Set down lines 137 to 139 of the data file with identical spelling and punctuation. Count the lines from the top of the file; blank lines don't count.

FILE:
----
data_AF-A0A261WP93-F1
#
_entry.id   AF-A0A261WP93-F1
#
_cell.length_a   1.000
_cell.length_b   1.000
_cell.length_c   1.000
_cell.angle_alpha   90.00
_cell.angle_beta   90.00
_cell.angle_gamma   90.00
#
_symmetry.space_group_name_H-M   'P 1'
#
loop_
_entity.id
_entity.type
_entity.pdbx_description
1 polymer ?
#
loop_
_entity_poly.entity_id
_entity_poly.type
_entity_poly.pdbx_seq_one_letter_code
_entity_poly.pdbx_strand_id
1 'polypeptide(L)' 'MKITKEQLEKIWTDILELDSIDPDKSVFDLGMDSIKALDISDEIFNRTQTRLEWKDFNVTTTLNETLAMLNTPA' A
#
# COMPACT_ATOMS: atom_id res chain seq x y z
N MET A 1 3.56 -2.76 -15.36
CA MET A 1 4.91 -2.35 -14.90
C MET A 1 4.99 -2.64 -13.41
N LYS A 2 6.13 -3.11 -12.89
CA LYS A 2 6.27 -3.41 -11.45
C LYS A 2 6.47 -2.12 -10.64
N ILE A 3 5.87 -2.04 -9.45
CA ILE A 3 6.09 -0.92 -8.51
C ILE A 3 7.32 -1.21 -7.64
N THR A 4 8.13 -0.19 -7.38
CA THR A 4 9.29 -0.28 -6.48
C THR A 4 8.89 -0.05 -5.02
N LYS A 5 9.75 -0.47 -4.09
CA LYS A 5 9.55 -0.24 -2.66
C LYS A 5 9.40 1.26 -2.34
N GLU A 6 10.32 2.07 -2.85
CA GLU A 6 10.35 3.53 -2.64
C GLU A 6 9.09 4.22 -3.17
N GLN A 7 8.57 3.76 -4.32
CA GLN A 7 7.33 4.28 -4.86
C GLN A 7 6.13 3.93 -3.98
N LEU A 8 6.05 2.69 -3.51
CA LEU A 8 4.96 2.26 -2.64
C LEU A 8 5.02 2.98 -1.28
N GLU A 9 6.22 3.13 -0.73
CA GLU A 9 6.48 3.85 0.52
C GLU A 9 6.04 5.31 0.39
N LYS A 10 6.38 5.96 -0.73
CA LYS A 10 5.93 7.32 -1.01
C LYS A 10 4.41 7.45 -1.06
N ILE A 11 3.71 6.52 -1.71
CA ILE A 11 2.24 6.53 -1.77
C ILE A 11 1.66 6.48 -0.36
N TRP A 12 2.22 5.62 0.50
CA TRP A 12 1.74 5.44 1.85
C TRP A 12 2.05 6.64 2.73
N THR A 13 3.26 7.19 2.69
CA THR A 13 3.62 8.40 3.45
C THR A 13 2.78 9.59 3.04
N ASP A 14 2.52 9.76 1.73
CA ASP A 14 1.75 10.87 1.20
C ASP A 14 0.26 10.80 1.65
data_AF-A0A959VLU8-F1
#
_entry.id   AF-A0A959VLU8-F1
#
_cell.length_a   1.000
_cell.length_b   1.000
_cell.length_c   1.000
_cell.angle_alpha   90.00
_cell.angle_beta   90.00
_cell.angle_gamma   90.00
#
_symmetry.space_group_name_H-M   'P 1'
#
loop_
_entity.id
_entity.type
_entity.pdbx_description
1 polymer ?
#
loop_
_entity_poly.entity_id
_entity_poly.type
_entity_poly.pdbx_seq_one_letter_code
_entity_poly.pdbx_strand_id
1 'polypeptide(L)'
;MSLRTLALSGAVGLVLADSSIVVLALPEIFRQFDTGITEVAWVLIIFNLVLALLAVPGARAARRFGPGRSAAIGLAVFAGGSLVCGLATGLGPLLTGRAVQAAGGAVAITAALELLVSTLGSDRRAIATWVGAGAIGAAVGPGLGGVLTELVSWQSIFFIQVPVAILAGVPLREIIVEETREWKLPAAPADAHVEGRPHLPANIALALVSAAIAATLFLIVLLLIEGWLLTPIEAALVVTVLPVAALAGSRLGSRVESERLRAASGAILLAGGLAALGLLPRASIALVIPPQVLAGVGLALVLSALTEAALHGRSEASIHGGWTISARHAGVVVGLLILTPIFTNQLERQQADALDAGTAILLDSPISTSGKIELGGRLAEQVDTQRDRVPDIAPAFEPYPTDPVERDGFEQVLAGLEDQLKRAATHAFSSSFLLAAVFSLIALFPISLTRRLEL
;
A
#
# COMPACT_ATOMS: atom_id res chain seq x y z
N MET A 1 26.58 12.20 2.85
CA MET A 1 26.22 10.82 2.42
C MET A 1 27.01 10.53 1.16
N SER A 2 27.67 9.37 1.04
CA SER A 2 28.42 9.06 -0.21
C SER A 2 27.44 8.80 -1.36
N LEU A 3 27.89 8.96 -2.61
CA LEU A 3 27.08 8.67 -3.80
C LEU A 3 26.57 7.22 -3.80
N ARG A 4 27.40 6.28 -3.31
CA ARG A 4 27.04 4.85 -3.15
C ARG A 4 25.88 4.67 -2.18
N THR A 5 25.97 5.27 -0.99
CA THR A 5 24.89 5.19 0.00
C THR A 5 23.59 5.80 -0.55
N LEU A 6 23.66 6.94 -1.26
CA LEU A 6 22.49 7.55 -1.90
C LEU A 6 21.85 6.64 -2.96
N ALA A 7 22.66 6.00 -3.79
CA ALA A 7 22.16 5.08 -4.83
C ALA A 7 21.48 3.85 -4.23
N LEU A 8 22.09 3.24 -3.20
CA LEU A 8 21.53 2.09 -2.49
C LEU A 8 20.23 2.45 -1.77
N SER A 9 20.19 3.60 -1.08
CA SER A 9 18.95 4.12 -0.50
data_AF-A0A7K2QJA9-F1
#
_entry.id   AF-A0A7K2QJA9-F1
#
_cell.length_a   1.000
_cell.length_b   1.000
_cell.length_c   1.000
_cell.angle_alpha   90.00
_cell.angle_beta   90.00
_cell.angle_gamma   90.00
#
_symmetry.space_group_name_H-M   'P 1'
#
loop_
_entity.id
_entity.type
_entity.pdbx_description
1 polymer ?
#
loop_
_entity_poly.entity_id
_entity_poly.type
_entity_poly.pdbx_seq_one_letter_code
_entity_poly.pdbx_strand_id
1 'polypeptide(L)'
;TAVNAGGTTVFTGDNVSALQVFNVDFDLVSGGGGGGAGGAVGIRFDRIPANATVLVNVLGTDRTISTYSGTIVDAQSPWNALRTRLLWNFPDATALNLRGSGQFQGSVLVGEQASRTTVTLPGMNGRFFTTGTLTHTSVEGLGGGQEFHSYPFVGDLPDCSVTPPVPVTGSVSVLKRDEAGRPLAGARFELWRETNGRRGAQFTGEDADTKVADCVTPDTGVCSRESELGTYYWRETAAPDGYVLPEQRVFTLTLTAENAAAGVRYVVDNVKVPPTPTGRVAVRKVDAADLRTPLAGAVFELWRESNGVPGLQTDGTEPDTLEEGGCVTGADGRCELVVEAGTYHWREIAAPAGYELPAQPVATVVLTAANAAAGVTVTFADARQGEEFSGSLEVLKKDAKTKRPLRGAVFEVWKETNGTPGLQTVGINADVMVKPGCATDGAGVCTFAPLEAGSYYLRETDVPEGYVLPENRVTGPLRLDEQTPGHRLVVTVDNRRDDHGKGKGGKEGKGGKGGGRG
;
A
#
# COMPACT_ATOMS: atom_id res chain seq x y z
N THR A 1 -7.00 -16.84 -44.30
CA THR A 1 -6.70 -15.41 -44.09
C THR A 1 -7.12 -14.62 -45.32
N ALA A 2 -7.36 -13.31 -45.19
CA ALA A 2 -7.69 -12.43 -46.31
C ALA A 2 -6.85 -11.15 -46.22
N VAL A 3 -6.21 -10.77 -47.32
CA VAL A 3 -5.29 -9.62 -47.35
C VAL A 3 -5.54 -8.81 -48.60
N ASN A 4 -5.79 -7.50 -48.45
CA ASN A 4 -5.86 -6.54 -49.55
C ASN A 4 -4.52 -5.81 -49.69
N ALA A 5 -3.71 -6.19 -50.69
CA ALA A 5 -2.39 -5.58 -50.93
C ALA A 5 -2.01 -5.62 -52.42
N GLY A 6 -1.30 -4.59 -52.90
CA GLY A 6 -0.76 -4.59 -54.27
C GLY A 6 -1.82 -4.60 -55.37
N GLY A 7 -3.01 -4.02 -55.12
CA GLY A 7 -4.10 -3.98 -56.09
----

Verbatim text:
_symmetry.space_group_name_H-M   'P 1'
#
loop_